‘We wait for this the entire fishing season’: Kenai opens to dipnetters
Dipnets are in the water at the beaches in Kenai. The personal use fishery opened Sunday and will run through the end of the month, providing a chance for Alaska residents to catch sockeye and fill their freezers from the mouth of the Kenai River.
It’s still early for the city-run fishery. Popularity usually peaks mid-July.
Diane Granfors, of Anchorage, said it’s the earliest she’s been down to the area in the decade she’s been dipnetting.
“I’m retired now, so I’m able to kind of go when I want,” she said Monday, as she detangled a sockeye from her dipnet. “And the tides were right.”
Still, around 1 p.m. at Kenai’s North Beach, she said the fish were hitting the net.
“It’s really calm. So that’s really nice, I’m not getting beat by the surf,” she said. “And we’ve just been steadily hitting fish since we got here.”
Marlene and Kevin McNeal were further down the shore, standing behind a line of seven grandkids, ranging in age from nine to 14, all with their nets in the water.
“We wait for this the entire fishing season,” Marlene said. “We decided to move down here because of the fishing.”
The McNeals have a home in Soldotna. Kevin said their grandkids love to come down to visit from the Valley.
“Everyone in our family has got fish. It’s always exciting for the little ones to catch fish,” he said.
They like to come down on weekdays, he added, when the beach is quieter. He remembered the fishery being a lot less popular when it first started in the 1990s.
“It was kind of an unknown thing,” he said. “Now, it’s been so well advertised, everybody and their brother comes. But luckily there’s still a lot of good fish left.”
Growth in the Kenai dipnet fishery hasn’t been linear.
Colton Lipka with the Alaska Department of Fish and Game said participation in a given year depends in part on how the sockeye run is doing. And he said participation has actually decreased in the Kenai in the last few years as it’s subsequently increased on the Kasilof River, where there’s another dipnet fishery.
The department marked 20,782 household days fished for the Kenai River personal use fishery last year. That’s in contrast with 32,818 days fished a decade earlier.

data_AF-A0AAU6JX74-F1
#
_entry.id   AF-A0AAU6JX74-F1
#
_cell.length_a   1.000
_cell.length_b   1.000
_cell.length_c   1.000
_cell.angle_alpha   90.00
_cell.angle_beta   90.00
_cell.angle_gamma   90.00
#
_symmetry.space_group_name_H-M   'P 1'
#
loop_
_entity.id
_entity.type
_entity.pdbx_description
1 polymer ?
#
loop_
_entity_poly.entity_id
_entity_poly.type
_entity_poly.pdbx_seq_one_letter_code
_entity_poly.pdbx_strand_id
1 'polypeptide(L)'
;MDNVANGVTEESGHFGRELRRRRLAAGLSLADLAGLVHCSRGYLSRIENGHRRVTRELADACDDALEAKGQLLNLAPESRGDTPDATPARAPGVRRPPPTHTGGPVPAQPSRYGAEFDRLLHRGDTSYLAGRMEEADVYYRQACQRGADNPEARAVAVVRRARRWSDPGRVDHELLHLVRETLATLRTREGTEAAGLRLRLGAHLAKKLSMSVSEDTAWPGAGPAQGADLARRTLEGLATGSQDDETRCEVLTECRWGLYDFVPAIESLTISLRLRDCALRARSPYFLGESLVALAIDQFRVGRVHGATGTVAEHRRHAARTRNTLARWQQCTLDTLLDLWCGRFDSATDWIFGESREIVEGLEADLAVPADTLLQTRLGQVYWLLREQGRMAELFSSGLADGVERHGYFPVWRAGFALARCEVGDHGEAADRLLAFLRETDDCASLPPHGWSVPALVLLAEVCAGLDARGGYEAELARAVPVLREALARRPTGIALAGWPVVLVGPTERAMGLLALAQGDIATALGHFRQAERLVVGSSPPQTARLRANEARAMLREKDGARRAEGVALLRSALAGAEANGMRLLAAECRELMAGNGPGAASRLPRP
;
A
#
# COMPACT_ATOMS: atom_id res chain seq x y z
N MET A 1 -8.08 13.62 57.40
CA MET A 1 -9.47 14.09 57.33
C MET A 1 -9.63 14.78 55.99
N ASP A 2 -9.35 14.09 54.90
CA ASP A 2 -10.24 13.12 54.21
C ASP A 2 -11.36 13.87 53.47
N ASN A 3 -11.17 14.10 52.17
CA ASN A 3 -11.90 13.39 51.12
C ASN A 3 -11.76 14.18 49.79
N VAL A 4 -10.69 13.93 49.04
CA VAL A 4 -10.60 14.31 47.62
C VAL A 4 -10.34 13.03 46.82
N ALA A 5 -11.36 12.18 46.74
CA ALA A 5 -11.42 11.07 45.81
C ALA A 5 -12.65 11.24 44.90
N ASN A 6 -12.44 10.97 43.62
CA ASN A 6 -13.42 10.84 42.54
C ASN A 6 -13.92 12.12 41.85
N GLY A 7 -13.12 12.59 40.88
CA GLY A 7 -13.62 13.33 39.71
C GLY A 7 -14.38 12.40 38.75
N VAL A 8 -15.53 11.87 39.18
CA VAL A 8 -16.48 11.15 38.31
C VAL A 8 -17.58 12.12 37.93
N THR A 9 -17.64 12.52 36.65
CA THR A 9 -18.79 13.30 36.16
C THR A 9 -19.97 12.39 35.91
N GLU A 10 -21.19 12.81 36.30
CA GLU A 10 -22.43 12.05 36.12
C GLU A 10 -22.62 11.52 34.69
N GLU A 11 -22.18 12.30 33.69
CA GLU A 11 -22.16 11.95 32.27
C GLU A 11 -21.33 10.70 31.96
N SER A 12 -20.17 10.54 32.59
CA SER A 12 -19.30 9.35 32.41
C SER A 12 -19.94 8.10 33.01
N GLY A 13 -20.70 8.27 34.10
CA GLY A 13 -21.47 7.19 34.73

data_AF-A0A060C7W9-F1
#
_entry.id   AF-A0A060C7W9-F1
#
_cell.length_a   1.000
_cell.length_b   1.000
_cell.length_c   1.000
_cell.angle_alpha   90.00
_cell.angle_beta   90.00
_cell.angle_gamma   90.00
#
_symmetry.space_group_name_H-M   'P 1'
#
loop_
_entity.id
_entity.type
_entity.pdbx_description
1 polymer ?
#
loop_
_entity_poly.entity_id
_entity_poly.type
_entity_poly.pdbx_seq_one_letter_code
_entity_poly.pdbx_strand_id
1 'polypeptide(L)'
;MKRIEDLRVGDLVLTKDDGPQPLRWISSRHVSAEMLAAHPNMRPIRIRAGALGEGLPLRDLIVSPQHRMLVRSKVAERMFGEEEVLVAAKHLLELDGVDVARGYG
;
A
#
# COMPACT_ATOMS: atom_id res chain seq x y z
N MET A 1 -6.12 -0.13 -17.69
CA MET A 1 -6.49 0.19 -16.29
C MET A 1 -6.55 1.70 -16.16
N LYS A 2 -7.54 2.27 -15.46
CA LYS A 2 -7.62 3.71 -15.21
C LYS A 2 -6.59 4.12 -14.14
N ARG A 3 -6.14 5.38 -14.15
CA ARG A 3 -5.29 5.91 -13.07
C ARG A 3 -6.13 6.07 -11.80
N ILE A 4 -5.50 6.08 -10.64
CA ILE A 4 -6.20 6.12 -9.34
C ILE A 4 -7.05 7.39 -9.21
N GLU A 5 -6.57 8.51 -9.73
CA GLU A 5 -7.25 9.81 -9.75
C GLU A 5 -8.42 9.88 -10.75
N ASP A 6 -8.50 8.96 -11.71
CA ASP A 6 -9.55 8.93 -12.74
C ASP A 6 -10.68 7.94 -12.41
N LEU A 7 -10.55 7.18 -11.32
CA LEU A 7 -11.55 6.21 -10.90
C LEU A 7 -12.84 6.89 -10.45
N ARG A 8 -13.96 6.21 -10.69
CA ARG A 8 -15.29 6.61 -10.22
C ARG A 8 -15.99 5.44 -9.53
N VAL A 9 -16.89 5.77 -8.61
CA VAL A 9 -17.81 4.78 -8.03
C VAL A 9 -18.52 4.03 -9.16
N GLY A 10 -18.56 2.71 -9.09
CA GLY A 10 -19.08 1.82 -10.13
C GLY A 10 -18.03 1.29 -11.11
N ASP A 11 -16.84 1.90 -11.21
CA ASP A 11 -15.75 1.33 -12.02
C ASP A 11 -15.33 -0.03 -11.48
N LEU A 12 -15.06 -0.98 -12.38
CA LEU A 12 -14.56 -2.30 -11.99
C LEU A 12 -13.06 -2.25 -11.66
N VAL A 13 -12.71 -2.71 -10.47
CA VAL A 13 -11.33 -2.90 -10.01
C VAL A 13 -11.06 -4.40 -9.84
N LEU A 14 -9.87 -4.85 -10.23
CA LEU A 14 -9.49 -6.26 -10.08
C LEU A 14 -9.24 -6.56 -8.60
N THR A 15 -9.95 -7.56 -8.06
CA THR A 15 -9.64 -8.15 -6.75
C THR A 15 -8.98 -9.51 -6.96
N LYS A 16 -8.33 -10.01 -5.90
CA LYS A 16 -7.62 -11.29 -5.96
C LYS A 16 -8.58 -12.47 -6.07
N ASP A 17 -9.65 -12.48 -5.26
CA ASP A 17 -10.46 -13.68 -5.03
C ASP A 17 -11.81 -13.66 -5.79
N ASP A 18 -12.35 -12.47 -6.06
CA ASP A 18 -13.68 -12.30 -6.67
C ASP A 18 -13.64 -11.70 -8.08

Still, that’s a huge jump since the Kenai fishery’s inception. One symptom of that increased participation is an increase in trash along the dipnet beaches.
Stream Watch has booths at beaches in Kenai and Kasilof to educate dipnetters about reporting requirements and watershed stewardship.
The volunteer program also runs a weekly event called Trashercize during dipnet season. Volunteers pick up litter and trash at the north Kasilof beach between 5 and 7 p.m. every Tuesday.
Back on North Kenai Beach, Kevin and Marlene McNeal were thinking about what they'll do with the fish they catch.
“We like to vacuum seal it, we make a lot of strips,” Marlene said. “I do pickled fish, I like salted fish. We use the caviar.”
They’ll also send some of the fish to Marlene’s mother, who lives in northwestern Alaska. They were fishing for her through the proxy program.
“We of course share with a lot of elders, as well as other family members that can’t make it down here,” Kevin said. “And that’s what it’s all about.”
A household permit in Upper Cook Inlet allows for a harvest of 25 fish per head of household and 10 additional fish for every additional household member.
Only Alaska residents are allowed to dipnet. Dipnetters must have sport fishing licenses and personal use permits for the Kenai and Kasilof river dipnet fisheries. The personal use fishery at China Poot does not require a permit.
Anglers must report their catch online by Aug. 15 and are required to clip the tail fins of any sockeye they catch. Dipnetters are also not allowed to keep king salmon this year, as is the case most years when king counts are low. That emergency order is triggered by restrictions in the sport fishery, where catching kings is also prohibited.
For more on dipnet regulations and a map of areas open to dipnetting, click here.